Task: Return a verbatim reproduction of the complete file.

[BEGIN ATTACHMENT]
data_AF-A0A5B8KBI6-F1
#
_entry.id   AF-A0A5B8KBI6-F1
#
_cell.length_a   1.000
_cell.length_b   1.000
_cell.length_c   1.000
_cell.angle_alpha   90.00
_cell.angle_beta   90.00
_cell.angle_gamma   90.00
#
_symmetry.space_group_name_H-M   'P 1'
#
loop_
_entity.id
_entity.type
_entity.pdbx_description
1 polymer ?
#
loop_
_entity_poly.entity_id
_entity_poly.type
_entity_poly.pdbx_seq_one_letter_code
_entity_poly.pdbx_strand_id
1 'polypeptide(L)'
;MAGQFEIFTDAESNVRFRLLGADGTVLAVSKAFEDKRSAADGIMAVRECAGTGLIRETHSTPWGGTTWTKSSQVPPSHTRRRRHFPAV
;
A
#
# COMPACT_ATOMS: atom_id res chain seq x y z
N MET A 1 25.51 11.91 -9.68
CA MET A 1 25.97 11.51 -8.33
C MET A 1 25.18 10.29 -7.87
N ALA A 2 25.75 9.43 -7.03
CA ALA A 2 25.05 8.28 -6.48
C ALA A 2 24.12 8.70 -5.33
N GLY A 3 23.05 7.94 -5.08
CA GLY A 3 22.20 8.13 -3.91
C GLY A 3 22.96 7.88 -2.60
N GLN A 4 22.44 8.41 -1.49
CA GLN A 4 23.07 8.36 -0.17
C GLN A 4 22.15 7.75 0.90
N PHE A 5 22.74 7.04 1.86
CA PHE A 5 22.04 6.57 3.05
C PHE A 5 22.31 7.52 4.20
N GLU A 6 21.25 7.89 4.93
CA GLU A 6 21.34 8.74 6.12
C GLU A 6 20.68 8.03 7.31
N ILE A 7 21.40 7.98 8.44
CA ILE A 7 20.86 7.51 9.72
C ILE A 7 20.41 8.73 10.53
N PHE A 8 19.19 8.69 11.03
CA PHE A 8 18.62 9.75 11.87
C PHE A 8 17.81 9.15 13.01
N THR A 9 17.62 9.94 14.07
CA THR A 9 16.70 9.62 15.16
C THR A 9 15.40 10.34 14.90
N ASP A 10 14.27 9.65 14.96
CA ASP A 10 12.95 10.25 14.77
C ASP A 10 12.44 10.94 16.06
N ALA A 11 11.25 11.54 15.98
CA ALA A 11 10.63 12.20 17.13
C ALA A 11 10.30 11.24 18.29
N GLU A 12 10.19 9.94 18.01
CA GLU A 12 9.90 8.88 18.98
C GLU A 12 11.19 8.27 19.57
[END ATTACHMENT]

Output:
data_AF-A0A5B8KBI6-F1
#
_entry.id   AF-A0A5B8KBI6-F1
#
_cell.length_a   1.000
_cell.length_b   1.000
_cell.length_c   1.000
_cell.angle_alpha   90.00
_cell.angle_beta   90.00
_cell.angle_gamma   90.00
#
_symmetry.space_group_name_H-M   'P 1'
#
loop_
_entity.id
_entity.type
_entity.pdbx_description
1 polymer ?
#
loop_
_entity_poly.entity_id
_entity_poly.type
_entity_poly.pdbx_seq_one_letter_code
_entity_poly.pdbx_strand_id
1 'polypeptide(L)'
;MAGQFEIFTDAESNVRFRLLGADGTVLAVSKAFEDKRSAADGIMAVRECAGTGLIRETHSTPWGGTTWTKSSQVPPSHTRRRRHFPAV
;
A
#
# COMPACT_ATOMS: atom_id res chain seq x y z
N MET A 1 25.51 11.91 -9.68
CA MET A 1 25.97 11.51 -8.33
C MET A 1 25.18 10.29 -7.87
N ALA A 2 25.75 9.43 -7.03
CA ALA A 2 25.05 8.28 -6.48
C ALA A 2 24.12 8.70 -5.33
N GLY A 3 23.05 7.94 -5.08
CA GLY A 3 22.20 8.13 -3.91
C GLY A 3 22.96 7.88 -2.60
N GLN A 4 22.44 8.41 -1.49
CA GLN A 4 23.07 8.36 -0.17
C GLN A 4 22.15 7.75 0.90
N PHE A 5 22.74 7.04 1.86
CA PHE A 5 22.04 6.57 3.05
C PHE A 5 22.31 7.52 4.20
N GLU A 6 21.25 7.89 4.93
CA GLU A 6 21.34 8.74 6.12
C GLU A 6 20.68 8.03 7.31
N ILE A 7 21.40 7.98 8.44
CA ILE A 7 20.86 7.51 9.72
C ILE A 7 20.41 8.73 10.53
N PHE A 8 19.19 8.69 11.03
CA PHE A 8 18.62 9.75 11.87
C PHE A 8 17.81 9.15 13.01
N THR A 9 17.62 9.94 14.07
CA THR A 9 16.70 9.62 15.16
C THR A 9 15.40 10.34 14.90
N ASP A 10 14.27 9.65 14.96
CA ASP A 10 12.95 10.25 14.77
C ASP A 10 12.44 10.94 16.06
N ALA A 11 11.25 11.54 15.98
CA ALA A 11 10.63 12.20 17.13
C ALA A 11 10.30 11.24 18.29
N GLU A 12 10.19 9.94 18.01
CA GLU A 12 9.90 8.88 18.98
C GLU A 12 11.19 8.27 19.57